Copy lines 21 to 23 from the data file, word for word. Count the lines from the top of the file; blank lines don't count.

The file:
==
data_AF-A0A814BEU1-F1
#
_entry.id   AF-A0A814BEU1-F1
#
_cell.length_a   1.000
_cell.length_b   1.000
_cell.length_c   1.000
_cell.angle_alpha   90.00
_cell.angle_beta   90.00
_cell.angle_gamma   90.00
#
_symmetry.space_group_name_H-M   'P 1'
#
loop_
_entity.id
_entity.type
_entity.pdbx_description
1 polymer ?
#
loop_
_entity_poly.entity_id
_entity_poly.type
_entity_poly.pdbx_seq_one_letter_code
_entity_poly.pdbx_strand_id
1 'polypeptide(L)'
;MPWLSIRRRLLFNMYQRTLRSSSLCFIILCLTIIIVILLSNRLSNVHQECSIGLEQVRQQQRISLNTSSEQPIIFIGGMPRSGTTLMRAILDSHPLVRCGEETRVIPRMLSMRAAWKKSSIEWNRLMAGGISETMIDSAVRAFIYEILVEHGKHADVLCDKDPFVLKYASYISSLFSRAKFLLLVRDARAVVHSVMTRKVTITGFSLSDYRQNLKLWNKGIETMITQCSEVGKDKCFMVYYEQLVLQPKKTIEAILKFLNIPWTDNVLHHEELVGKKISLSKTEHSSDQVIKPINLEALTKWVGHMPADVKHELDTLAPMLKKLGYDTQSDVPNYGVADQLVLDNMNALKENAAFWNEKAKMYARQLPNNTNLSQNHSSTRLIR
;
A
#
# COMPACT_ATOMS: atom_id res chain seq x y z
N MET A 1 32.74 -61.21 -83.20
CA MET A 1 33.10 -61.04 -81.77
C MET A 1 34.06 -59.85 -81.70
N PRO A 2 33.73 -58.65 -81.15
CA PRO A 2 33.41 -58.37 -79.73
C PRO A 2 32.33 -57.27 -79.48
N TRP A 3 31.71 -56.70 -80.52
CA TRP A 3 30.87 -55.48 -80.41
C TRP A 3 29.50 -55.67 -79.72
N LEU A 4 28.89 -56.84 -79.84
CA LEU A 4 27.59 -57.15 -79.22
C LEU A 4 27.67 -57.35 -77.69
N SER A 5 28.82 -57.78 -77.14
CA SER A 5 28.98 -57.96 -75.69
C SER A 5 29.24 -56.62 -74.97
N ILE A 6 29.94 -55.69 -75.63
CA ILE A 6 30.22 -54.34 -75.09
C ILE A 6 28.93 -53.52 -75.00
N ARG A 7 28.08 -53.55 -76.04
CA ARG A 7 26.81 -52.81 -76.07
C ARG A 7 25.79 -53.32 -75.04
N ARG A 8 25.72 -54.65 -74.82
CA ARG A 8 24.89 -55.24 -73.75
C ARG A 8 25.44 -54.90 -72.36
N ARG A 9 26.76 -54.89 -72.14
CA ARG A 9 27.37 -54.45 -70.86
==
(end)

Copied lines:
_entity_poly.entity_id
_entity_poly.type
_entity_poly.pdbx_seq_one_letter_code